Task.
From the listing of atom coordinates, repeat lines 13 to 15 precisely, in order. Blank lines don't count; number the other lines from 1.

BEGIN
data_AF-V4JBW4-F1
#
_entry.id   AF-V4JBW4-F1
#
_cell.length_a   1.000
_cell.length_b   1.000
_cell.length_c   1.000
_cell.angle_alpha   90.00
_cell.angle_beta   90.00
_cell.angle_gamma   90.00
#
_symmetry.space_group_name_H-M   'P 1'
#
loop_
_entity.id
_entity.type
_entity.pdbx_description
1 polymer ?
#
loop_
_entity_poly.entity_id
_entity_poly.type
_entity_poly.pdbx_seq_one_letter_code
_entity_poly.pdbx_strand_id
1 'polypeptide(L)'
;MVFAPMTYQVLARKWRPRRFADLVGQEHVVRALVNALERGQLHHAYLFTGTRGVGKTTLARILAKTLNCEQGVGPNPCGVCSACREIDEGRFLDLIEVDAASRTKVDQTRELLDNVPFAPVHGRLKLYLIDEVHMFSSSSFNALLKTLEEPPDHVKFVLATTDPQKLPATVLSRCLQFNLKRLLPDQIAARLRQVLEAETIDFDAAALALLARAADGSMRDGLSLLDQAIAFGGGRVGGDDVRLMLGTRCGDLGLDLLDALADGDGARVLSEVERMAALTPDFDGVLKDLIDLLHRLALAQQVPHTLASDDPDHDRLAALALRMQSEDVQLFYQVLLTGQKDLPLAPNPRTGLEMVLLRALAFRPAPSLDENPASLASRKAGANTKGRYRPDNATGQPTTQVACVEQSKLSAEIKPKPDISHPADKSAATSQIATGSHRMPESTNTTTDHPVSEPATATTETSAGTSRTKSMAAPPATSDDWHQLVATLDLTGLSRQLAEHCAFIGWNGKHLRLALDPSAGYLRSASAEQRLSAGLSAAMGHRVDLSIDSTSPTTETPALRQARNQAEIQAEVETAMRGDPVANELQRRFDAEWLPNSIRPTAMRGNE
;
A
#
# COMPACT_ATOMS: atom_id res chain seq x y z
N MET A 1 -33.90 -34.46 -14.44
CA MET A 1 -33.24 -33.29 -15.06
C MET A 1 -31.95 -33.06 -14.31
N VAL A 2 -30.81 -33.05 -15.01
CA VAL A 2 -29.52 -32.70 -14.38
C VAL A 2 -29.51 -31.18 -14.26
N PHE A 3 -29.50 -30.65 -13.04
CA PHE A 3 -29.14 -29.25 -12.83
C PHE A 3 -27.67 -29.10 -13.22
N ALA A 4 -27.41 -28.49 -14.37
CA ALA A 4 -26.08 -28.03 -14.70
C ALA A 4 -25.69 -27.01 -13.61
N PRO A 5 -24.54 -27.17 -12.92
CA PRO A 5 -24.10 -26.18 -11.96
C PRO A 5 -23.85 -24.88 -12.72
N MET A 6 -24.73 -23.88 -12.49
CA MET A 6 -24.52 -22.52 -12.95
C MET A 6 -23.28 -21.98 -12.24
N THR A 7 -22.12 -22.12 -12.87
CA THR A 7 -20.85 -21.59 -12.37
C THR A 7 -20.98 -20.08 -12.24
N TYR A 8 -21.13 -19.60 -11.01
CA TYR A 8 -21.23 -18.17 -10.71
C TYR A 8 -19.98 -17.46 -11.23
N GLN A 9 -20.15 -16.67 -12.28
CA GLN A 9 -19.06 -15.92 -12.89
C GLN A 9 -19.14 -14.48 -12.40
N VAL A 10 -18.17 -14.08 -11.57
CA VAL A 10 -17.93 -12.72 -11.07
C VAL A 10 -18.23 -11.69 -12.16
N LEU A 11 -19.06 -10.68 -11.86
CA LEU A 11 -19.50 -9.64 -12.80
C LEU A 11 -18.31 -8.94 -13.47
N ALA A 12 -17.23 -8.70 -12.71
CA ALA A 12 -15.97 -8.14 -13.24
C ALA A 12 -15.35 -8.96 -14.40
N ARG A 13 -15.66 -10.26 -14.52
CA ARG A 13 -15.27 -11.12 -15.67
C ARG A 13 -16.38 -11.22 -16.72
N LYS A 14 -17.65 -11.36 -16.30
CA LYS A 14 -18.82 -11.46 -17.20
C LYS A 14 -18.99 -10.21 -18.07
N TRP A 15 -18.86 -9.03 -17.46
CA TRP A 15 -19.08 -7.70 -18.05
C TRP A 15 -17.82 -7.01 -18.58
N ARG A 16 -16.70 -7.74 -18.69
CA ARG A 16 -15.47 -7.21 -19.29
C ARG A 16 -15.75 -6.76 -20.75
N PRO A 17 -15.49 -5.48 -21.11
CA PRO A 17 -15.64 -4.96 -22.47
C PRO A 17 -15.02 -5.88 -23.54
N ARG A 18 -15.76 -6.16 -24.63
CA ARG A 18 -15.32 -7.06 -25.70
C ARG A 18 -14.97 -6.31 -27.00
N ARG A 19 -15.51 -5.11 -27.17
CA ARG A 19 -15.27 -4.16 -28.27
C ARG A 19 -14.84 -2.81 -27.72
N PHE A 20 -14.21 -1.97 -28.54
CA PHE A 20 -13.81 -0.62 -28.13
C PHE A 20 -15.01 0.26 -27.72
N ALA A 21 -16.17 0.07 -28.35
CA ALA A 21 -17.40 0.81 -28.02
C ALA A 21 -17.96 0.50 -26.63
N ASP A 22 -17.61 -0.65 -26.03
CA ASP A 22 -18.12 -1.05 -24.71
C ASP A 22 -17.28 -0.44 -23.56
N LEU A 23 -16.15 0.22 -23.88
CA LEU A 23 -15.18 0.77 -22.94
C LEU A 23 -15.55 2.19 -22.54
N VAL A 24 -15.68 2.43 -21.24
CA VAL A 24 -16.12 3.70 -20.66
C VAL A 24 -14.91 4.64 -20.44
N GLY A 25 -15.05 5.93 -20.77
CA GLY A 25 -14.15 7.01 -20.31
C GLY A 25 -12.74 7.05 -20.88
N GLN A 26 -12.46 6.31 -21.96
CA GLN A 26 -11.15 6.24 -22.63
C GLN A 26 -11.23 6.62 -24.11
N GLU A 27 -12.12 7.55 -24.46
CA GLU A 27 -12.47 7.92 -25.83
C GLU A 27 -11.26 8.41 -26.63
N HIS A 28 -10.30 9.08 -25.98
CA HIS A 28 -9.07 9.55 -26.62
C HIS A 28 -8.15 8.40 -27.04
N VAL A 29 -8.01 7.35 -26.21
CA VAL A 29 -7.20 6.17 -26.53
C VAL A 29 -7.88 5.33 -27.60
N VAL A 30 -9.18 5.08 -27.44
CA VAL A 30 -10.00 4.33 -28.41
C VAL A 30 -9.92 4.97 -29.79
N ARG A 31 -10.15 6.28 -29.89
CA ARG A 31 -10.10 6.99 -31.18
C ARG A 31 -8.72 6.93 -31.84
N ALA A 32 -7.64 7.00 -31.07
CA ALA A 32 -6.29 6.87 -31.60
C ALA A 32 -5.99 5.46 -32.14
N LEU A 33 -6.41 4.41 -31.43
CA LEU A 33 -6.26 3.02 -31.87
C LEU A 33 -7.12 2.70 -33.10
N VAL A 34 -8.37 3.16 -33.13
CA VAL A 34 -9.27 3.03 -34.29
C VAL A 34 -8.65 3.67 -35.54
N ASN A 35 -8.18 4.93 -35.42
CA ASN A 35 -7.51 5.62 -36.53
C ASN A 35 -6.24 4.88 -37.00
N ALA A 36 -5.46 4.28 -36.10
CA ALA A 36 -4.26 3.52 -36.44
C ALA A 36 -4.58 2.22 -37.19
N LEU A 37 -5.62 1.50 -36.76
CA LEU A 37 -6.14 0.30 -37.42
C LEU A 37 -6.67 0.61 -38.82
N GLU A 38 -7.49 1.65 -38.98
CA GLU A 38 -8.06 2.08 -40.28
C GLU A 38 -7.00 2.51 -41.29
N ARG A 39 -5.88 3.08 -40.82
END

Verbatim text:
#
loop_
_entity.id